• India is currently the fifth largest source of tourists to Kenya
  • Kenya attracted 2 million tourists last year
  • Kenya is far behind South Africa in attracting tourists


Kenya wants to see a 20% increase in tourists from India this year.

India is currently the fifth largest source of tourists to the East African nation. About 122,000 Indians visited Kenya last year.

The top four sources for tourists in 2019 comprised U.S. (245,000 visitors), Uganda (223,000), Tanzania (194,000) and U.K. (181,000).

“India is a market that excites key players in the Kenyan tourism sector due to its potential for growth,“ said Betty Radier, chief executive officer of the Kenyan Tourism Board. “We want to ensure that we leverage on the tremendous relationship Kenya and India has had over the years to increase the numbers from this market.”

Radier added that the return of Air India to Kenya last year was “a good indicator for the two countries and will also increase existing connectivity to Kenya and thus further enhance accessibility of the destination by Indian travelers.”

The World Tourism Organization of the United Nation estimated that India has about 75 million passport holders and 50 million will travel to foreign countries in 2020.

Overall, some 2.05 million tourists visited Kenya last year, less than a 1% increase from 2018. In 2019, visitors spent about $1.61 billion, a 4% jump from the prior year.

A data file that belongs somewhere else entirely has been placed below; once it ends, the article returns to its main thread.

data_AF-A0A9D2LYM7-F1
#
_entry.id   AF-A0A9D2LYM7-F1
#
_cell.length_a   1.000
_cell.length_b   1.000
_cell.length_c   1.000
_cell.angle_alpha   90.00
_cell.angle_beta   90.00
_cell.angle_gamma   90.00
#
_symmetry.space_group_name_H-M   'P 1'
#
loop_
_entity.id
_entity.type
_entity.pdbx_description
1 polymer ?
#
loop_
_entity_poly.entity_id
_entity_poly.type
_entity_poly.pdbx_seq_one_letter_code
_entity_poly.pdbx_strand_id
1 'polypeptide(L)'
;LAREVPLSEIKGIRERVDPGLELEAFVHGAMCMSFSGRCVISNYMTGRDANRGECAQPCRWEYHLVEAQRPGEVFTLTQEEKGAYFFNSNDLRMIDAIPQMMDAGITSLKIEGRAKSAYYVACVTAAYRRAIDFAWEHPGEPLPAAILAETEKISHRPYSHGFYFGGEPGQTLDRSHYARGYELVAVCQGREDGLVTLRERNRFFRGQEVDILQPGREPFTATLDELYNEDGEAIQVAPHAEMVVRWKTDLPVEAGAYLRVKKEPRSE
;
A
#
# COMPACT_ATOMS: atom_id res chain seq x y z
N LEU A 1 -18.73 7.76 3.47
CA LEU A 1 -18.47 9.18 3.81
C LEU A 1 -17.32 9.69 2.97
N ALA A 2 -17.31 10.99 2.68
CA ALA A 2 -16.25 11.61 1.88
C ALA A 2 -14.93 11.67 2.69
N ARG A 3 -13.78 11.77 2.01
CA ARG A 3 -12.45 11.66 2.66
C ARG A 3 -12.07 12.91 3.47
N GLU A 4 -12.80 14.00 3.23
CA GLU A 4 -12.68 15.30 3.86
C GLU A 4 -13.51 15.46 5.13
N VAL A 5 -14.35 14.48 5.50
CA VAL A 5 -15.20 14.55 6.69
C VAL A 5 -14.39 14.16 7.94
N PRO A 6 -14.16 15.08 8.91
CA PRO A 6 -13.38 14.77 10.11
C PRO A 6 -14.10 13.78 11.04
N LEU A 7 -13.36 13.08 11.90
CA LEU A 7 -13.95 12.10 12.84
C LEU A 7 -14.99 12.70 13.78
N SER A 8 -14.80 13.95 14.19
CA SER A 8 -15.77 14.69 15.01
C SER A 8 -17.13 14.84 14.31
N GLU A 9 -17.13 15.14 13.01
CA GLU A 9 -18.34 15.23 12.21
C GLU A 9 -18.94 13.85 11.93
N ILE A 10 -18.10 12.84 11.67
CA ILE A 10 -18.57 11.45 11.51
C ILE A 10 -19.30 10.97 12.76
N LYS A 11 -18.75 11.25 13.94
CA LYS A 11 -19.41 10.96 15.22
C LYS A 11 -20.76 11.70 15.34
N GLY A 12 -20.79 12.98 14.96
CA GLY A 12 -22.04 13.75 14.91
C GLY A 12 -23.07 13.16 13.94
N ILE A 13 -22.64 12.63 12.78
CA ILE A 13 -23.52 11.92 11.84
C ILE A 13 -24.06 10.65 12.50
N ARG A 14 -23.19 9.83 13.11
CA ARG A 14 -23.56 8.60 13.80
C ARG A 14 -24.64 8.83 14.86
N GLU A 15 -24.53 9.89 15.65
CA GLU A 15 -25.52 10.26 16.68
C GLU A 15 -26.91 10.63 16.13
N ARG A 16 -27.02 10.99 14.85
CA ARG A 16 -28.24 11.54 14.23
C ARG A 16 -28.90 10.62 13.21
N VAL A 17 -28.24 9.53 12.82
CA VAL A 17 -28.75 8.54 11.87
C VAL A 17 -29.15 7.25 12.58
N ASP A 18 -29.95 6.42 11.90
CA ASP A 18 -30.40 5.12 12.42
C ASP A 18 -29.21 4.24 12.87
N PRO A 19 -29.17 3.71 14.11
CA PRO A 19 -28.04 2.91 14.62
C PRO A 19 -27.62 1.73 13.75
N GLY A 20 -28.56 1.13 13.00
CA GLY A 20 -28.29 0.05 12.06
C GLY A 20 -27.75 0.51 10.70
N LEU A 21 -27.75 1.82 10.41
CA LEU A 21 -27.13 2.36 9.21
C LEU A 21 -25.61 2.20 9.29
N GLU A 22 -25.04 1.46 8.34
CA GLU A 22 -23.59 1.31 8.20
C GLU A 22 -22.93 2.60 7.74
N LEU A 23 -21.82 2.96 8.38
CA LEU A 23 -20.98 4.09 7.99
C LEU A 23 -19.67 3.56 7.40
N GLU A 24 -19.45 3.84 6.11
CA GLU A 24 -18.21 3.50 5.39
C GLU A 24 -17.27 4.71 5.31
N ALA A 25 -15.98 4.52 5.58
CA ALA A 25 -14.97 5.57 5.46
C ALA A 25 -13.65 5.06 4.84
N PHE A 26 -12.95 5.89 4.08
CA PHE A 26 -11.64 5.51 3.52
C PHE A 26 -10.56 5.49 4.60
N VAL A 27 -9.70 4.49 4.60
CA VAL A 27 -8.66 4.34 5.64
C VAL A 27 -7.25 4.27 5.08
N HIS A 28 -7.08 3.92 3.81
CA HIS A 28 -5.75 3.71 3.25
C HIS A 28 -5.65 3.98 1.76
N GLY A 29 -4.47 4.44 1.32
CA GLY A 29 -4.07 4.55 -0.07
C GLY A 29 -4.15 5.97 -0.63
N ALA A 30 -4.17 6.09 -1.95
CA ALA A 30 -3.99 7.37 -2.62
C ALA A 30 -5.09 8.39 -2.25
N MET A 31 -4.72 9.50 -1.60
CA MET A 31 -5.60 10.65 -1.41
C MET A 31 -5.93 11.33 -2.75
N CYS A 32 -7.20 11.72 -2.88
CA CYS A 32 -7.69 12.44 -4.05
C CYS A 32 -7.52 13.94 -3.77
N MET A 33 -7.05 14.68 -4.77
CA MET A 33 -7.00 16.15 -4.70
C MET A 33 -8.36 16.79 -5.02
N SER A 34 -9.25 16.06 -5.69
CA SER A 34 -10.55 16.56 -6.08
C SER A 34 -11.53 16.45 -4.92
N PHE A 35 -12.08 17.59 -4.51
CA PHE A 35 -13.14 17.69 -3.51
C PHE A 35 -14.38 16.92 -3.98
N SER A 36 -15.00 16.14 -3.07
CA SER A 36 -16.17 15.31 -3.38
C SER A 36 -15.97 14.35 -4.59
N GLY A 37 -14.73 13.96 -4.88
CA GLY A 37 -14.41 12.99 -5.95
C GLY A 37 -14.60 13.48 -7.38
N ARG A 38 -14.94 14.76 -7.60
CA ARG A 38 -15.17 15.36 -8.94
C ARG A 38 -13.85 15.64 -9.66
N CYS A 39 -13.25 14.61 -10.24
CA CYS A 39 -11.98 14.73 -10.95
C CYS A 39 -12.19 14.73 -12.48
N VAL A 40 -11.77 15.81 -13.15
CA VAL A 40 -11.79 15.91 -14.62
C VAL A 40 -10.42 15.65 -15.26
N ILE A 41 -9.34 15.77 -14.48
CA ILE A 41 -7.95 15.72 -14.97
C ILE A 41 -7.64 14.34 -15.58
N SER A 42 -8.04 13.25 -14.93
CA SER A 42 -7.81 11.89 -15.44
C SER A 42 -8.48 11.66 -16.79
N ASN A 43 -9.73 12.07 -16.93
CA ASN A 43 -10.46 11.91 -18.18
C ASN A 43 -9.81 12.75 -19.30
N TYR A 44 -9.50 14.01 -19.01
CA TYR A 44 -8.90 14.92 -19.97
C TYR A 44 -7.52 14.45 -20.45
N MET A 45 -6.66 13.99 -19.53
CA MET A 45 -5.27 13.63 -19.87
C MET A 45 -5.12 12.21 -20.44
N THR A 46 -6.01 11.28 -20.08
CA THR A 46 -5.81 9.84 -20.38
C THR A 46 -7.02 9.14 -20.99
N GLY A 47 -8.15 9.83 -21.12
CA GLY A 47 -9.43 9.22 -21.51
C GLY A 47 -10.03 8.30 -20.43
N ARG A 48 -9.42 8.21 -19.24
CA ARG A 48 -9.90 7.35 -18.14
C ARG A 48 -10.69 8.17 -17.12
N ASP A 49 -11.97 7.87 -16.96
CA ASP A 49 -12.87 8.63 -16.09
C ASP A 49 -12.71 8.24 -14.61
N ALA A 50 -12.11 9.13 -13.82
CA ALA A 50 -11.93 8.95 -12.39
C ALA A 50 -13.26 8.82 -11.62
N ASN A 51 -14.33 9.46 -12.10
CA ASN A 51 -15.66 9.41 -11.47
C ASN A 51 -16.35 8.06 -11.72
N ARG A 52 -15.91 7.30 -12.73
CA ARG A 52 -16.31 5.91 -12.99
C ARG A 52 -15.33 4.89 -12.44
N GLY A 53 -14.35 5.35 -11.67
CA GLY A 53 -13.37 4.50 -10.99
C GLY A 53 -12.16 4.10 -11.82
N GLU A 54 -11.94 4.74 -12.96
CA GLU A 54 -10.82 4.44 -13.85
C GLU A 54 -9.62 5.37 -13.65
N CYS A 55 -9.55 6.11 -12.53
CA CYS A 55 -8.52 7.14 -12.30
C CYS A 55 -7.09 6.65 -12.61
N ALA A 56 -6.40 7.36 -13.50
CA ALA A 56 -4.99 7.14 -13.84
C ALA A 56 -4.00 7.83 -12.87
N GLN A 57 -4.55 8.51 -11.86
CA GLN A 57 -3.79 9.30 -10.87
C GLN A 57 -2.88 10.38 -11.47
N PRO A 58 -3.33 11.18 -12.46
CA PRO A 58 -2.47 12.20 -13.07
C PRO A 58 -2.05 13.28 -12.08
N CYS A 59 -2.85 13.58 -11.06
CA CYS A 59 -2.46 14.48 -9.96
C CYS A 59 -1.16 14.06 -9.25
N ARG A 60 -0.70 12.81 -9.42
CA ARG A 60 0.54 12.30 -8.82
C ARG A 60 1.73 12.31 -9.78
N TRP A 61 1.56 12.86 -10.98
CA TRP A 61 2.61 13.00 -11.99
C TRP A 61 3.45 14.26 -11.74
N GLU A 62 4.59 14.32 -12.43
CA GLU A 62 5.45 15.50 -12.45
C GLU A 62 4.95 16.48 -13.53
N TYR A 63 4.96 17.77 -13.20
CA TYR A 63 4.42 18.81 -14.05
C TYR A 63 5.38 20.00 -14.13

David Koech, a Kenyan author, wrote that Kenya is far behind South Africa in attracting tourists – in 2019, some 16.7 million people visited South Africa, eight times the number going to Kenya.

“Foreigners prefer to visit South Africa because they feel safer there,” Koech wrote. “It’s an unfortunate truth that Kenya has been plagued by insurgent attacks in recent years, and when such events occur, they provoke worried responses from international newspapers. The death of three Americans in the most recent Al-Shabaab attack, for example, will probably have a negative impact on the number of American tourists willing to visit the country this year.”

Koech noted that between 2012 and 2015, when Al-Shabaab was at its most active, tourism to Kenya dropped.

The Cabinet Secretary for Tourism and Wildlife Najib Balala said Kenya needs to upgrade its infrastructure in order to further promote tourism.

"Tourism and aviation must be connected,” he said. “We need a new international airport, a new state of the art convention center and a state department for aviation. Without a proper convention center and airport, we will see tourism dwindle.”

Balala also sees foreign retirees as a growth market for tourism, particularly those from U.S., U.K., India, China, Germany, France and Italy.

Last year, tourists between the ages of 25 and 44 accounted for 59% of visitors to Kenya, but the Ministry of Tourism sees growth potential for global retirees with time and money on their hands. Tourists above the age of 55 represented only 12% of total visitors last year.

“This is the biggest potential that people have ignored. These are people who have their pension and want a place where they can spend their money,” said Balala. “We want to create a facility in Kenya which can encourage retirees to come. These are people who come to spend their pension and not to take our jobs.”